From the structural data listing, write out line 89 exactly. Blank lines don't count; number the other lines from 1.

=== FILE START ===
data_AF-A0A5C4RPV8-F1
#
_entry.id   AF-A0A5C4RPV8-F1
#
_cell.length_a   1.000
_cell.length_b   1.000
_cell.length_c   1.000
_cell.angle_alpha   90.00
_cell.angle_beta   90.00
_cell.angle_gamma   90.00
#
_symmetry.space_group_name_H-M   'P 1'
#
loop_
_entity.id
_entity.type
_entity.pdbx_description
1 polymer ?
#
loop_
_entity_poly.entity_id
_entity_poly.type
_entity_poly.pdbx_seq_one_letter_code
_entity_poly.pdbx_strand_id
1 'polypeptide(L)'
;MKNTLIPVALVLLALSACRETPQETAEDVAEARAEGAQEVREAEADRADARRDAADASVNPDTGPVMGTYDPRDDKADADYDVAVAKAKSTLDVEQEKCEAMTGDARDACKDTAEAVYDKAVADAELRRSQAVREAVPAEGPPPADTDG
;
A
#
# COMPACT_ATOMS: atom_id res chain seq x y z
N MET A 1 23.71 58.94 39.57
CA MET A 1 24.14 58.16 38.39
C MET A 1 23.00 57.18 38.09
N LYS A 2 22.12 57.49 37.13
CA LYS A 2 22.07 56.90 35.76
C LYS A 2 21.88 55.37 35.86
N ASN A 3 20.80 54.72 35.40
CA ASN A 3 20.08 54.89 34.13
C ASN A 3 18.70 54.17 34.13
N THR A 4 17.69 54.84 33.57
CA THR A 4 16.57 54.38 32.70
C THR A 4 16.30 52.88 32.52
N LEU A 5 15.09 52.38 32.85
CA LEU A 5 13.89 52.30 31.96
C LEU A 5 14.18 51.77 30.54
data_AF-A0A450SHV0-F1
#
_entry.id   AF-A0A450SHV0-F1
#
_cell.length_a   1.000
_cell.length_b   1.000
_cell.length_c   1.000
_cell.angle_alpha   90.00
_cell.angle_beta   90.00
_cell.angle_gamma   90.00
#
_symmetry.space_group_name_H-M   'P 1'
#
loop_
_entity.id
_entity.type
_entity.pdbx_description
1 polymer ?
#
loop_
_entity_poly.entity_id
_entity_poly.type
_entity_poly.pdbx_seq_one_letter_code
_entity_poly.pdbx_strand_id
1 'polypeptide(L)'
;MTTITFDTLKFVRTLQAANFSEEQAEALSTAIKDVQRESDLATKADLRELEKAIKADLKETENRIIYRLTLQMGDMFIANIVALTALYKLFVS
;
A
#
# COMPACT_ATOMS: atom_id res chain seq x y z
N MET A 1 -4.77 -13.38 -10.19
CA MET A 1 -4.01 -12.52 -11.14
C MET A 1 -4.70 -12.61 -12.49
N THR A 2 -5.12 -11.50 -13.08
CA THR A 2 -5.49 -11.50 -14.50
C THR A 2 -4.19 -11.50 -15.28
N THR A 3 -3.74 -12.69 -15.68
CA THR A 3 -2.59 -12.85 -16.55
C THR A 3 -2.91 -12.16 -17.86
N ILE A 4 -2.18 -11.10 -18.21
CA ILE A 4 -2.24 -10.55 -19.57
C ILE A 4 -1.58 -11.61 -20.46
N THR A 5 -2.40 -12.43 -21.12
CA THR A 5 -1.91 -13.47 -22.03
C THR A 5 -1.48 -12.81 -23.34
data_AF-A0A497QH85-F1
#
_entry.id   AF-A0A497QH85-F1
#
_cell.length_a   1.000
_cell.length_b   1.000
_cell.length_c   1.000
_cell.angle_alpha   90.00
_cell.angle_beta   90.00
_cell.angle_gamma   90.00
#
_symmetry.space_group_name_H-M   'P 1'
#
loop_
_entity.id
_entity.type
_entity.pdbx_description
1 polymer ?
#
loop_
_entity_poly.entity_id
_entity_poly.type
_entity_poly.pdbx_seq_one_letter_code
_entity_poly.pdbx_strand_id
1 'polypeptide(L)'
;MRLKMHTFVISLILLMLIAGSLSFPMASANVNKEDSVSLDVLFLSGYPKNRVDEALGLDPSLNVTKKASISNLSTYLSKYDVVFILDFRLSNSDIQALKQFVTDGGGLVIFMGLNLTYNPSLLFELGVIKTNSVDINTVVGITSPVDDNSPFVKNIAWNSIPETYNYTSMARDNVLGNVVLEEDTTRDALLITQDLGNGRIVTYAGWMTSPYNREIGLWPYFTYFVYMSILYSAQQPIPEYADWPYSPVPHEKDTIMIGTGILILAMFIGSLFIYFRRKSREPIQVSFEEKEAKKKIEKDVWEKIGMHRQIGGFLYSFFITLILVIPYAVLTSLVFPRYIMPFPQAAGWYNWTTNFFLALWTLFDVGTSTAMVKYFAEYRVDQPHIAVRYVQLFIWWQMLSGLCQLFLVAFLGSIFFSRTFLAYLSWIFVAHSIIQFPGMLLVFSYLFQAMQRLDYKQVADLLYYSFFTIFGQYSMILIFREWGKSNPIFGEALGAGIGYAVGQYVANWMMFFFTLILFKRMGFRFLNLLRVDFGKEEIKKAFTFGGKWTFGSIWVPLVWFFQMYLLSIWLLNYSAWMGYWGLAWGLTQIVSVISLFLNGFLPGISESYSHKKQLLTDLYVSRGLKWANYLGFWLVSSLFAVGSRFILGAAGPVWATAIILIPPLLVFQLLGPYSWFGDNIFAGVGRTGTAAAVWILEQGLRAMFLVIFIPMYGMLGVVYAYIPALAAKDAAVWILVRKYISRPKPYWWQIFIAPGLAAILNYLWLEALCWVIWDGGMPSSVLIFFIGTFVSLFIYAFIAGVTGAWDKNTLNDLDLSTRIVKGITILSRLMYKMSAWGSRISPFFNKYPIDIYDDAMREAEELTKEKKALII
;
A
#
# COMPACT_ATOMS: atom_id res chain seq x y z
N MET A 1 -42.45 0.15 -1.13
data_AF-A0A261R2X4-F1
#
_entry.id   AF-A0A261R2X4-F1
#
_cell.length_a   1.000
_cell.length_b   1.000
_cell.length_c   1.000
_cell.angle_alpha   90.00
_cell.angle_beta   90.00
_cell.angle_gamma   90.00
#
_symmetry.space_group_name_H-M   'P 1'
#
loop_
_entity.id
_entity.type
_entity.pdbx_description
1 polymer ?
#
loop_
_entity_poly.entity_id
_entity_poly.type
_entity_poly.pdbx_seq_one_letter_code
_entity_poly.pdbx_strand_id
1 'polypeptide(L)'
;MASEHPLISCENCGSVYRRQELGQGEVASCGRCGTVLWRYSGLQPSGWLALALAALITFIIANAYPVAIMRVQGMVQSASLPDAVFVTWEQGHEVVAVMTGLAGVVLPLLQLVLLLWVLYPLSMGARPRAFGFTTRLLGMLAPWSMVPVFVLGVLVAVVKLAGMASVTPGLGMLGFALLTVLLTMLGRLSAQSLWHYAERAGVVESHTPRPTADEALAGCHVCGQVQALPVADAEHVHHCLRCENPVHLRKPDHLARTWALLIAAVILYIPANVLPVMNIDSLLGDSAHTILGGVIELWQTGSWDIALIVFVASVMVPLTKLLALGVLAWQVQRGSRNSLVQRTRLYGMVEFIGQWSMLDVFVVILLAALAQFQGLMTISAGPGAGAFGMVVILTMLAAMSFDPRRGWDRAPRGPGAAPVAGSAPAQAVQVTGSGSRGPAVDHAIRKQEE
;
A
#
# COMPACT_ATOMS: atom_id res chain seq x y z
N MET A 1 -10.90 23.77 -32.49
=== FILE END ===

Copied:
CA THR A 5 -1.91 -13.47 -22.03